By Andrea Jaramillo | Cronkite News
QUERETARO, Mexico – Mexico is facing something it never thought would happen: The possibility that NAFTA, the trade agreement that shaped the country’s economic policies over the last two decades, might disappear.
But just as some Mexican officials try to convince President Donald Trump that the North American Free Trade Agreement has been beneficial for both countries, Mexican critics of the treaty think it’s time for their government to take a hard look at its shortcomings.
“NAFTA has generated employment, has provided a lot of goods, trade and investment, that’s fine,” said Mexican economist Gerardo Esquivel. “But in terms of the final purpose of NAFTA, I think it has been very short to what it was supposed to be the goal of NAFTA, which was to promote convergence in the North American region.”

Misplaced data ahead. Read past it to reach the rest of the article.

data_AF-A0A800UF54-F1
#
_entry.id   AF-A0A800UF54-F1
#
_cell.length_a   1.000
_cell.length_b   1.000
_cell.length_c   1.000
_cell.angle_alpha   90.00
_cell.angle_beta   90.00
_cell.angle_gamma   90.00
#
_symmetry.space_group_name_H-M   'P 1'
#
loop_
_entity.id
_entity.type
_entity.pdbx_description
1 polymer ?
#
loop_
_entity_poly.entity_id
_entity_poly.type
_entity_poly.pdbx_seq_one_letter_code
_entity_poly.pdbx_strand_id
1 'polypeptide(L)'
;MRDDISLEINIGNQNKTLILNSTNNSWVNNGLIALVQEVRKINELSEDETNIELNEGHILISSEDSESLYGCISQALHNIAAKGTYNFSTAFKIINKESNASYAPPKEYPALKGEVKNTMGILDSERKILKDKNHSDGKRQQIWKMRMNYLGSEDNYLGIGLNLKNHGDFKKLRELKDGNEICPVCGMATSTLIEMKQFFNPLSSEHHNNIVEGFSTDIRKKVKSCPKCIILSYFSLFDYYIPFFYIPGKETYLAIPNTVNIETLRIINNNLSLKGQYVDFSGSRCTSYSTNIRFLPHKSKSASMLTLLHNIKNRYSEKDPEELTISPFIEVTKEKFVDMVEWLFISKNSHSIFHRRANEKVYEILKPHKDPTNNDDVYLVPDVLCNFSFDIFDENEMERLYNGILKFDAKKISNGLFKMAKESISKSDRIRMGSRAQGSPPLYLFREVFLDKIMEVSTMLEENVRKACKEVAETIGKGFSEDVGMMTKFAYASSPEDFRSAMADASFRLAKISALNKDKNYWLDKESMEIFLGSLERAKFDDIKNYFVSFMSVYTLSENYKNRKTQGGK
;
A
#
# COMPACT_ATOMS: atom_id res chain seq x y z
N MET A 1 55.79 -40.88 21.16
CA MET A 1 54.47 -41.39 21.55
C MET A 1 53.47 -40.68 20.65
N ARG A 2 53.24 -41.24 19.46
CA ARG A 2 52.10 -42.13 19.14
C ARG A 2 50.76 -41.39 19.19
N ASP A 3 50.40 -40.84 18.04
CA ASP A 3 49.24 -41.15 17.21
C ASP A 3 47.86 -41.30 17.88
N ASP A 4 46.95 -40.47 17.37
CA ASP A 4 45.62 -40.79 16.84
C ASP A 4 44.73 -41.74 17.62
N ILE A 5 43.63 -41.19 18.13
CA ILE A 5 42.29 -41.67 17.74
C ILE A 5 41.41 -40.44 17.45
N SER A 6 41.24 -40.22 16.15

Moreover, Esquivel thinks NAFTA hasn’t met one of its key aims, which was to reduce the wage gap between Mexico and the United States.
When NAFTA passed in 1994, per capita income in the U.S. was 2.85 times larger than Mexico’s. Since then, the gap has actually gotten worse, with 2015 per capita income in the U.S. 3.19 times that of Mexico, according to the World Bank. More than half the country’s 127 million residents still live in poverty.